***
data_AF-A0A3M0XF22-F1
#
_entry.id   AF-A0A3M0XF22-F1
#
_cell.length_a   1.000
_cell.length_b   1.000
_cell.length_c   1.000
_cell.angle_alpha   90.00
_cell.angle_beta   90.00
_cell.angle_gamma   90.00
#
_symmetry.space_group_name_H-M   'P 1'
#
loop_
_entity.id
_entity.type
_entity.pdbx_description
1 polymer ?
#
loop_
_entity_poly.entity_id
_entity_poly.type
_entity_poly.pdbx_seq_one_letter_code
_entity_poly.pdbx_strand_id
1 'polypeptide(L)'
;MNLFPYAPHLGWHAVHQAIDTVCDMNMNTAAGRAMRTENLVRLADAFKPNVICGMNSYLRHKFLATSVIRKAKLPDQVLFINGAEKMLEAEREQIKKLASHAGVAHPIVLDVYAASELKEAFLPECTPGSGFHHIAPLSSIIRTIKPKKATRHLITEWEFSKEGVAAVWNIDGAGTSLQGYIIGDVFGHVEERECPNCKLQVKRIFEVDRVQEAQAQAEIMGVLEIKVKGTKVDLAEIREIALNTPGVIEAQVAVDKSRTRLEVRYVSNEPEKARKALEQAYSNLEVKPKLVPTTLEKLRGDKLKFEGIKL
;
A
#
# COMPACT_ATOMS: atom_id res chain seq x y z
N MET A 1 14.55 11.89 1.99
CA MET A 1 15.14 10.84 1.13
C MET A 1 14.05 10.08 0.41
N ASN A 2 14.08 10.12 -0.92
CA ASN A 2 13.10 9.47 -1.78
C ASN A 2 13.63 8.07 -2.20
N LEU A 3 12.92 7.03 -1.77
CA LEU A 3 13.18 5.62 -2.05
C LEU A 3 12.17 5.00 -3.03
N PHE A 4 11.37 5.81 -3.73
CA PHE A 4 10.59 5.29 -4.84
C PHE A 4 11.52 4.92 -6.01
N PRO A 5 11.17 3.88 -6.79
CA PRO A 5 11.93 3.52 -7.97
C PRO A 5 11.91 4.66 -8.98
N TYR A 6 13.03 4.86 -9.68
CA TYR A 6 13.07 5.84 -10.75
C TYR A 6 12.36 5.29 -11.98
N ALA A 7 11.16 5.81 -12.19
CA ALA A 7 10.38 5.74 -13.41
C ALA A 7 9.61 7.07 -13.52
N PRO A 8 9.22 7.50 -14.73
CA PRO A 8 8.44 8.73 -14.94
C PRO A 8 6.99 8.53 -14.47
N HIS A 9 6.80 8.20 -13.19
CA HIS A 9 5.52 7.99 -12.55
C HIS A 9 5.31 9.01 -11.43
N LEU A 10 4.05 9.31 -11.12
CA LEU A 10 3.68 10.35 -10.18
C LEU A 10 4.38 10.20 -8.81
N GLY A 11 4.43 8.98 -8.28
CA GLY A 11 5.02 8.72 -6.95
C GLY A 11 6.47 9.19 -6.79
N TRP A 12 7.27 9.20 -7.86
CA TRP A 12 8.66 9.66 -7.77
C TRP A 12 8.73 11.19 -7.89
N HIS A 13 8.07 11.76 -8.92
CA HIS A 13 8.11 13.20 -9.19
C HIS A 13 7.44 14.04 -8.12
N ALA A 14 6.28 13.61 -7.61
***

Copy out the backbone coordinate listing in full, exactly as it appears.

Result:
data_AF-A0A3M0XF22-F1
#
_entry.id   AF-A0A3M0XF22-F1
#
_cell.length_a   1.000
_cell.length_b   1.000
_cell.length_c   1.000
_cell.angle_alpha   90.00
_cell.angle_beta   90.00
_cell.angle_gamma   90.00
#
_symmetry.space_group_name_H-M   'P 1'
#
loop_
_entity.id
_entity.type
_entity.pdbx_description
1 polymer ?
#
loop_
_entity_poly.entity_id
_entity_poly.type
_entity_poly.pdbx_seq_one_letter_code
_entity_poly.pdbx_strand_id
1 'polypeptide(L)'
;MNLFPYAPHLGWHAVHQAIDTVCDMNMNTAAGRAMRTENLVRLADAFKPNVICGMNSYLRHKFLATSVIRKAKLPDQVLFINGAEKMLEAEREQIKKLASHAGVAHPIVLDVYAASELKEAFLPECTPGSGFHHIAPLSSIIRTIKPKKATRHLITEWEFSKEGVAAVWNIDGAGTSLQGYIIGDVFGHVEERECPNCKLQVKRIFEVDRVQEAQAQAEIMGVLEIKVKGTKVDLAEIREIALNTPGVIEAQVAVDKSRTRLEVRYVSNEPEKARKALEQAYSNLEVKPKLVPTTLEKLRGDKLKFEGIKL
;
A
#
# COMPACT_ATOMS: atom_id res chain seq x y z
N MET A 1 14.55 11.89 1.99
CA MET A 1 15.14 10.84 1.13
C MET A 1 14.05 10.08 0.41
N ASN A 2 14.08 10.12 -0.92
CA ASN A 2 13.10 9.47 -1.78
C ASN A 2 13.63 8.07 -2.20
N LEU A 3 12.92 7.03 -1.77
CA LEU A 3 13.18 5.62 -2.05
C LEU A 3 12.17 5.00 -3.03
N PHE A 4 11.37 5.81 -3.73
CA PHE A 4 10.59 5.29 -4.84
C PHE A 4 11.52 4.92 -6.01
N PRO A 5 11.17 3.88 -6.79
CA PRO A 5 11.93 3.52 -7.97
C PRO A 5 11.91 4.66 -8.98
N TYR A 6 13.03 4.86 -9.68
CA TYR A 6 13.07 5.84 -10.75
C TYR A 6 12.36 5.29 -11.98
N ALA A 7 11.16 5.81 -12.19
CA ALA A 7 10.38 5.74 -13.41
C ALA A 7 9.61 7.07 -13.52
N PRO A 8 9.22 7.50 -14.73
CA PRO A 8 8.44 8.73 -14.94
C PRO A 8 6.99 8.53 -14.47
N HIS A 9 6.80 8.20 -13.19
CA HIS A 9 5.52 7.99 -12.55
C HIS A 9 5.31 9.01 -11.43
N LEU A 10 4.05 9.31 -11.12
CA LEU A 10 3.68 10.35 -10.18
C LEU A 10 4.38 10.20 -8.81
N GLY A 11 4.43 8.98 -8.28
CA GLY A 11 5.02 8.72 -6.95
C GLY A 11 6.47 9.19 -6.79
N TRP A 12 7.27 9.20 -7.86
CA TRP A 12 8.66 9.66 -7.77
C TRP A 12 8.73 11.19 -7.89
N HIS A 13 8.07 11.76 -8.92
CA HIS A 13 8.11 13.20 -9.19
C HIS A 13 7.44 14.04 -8.12
N ALA A 14 6.28 13.61 -7.61